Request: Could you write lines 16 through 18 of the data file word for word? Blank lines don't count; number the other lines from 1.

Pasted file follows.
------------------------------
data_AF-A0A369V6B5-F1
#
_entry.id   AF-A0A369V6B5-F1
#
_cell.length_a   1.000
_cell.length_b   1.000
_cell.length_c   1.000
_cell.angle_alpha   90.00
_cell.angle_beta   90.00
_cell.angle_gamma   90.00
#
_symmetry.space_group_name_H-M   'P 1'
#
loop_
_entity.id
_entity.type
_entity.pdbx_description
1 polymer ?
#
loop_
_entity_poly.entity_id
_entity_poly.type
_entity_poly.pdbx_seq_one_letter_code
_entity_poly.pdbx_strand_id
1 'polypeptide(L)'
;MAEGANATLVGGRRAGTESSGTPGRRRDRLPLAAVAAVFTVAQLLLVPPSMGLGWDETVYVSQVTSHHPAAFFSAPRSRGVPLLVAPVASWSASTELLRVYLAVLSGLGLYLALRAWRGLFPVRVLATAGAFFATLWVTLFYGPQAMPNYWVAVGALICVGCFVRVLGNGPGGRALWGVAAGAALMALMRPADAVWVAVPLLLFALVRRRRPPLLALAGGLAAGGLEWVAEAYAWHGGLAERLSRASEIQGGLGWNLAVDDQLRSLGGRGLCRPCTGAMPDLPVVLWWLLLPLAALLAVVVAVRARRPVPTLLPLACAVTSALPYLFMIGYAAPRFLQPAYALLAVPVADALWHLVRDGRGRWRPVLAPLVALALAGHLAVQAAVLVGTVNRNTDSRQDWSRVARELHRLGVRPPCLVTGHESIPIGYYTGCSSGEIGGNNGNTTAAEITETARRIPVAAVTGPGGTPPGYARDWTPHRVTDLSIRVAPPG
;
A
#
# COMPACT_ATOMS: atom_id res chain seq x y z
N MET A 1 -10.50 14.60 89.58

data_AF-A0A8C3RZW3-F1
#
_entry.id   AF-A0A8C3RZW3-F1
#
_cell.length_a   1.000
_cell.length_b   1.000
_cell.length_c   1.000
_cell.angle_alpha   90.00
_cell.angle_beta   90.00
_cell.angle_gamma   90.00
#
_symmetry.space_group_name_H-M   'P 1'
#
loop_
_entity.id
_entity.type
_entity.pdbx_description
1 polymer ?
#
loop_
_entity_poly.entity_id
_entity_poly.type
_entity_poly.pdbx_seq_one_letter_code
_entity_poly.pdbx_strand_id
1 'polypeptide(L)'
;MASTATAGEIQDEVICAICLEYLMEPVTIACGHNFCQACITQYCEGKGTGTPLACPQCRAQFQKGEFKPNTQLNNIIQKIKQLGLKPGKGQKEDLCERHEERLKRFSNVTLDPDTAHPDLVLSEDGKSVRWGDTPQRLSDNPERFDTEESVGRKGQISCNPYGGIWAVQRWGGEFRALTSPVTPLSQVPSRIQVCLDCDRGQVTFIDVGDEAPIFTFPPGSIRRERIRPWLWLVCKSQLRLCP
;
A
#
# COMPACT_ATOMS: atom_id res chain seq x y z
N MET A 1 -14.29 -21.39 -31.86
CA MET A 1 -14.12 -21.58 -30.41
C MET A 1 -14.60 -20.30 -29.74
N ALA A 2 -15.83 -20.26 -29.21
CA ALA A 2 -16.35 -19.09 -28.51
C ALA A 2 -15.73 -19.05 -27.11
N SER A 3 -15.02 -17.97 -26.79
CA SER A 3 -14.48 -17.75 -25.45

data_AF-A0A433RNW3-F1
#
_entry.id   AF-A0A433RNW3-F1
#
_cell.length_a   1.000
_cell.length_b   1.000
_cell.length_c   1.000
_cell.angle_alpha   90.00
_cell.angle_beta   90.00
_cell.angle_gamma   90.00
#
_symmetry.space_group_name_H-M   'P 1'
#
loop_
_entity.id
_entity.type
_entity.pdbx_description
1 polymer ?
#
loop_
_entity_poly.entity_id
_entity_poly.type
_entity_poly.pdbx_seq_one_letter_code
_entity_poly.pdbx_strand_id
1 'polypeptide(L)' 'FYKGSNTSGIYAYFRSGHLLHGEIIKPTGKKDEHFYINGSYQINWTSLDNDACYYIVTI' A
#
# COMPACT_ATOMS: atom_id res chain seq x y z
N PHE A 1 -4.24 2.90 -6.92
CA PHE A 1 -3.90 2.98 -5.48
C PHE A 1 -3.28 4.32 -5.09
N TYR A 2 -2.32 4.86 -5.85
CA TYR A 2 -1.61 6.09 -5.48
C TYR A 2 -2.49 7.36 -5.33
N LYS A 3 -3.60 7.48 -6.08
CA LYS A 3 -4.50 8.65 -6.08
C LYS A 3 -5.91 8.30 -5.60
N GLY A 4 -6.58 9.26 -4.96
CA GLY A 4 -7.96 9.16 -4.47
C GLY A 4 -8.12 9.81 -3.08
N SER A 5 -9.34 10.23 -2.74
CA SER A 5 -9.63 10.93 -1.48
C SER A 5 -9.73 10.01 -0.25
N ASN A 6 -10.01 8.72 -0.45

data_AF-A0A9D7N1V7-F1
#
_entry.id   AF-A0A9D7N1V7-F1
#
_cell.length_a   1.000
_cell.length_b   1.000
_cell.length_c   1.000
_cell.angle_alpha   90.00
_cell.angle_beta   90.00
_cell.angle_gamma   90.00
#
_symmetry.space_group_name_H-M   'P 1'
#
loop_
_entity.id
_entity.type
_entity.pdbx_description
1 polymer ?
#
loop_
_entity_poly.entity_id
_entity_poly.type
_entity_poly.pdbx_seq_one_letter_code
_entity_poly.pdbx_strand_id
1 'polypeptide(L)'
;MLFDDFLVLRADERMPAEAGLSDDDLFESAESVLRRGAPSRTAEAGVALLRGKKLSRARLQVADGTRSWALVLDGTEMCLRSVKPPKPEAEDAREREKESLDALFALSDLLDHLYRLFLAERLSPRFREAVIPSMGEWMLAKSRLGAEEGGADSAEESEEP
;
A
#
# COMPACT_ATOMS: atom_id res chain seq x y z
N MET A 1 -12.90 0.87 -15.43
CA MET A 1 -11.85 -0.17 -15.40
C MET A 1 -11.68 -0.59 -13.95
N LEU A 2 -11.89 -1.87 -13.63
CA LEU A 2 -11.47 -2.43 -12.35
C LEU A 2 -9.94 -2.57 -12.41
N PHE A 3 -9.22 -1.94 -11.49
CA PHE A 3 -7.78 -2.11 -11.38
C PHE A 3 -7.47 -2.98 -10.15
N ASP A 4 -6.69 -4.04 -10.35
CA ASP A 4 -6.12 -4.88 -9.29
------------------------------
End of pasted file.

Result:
_entity.type
_entity.pdbx_description
1 polymer ?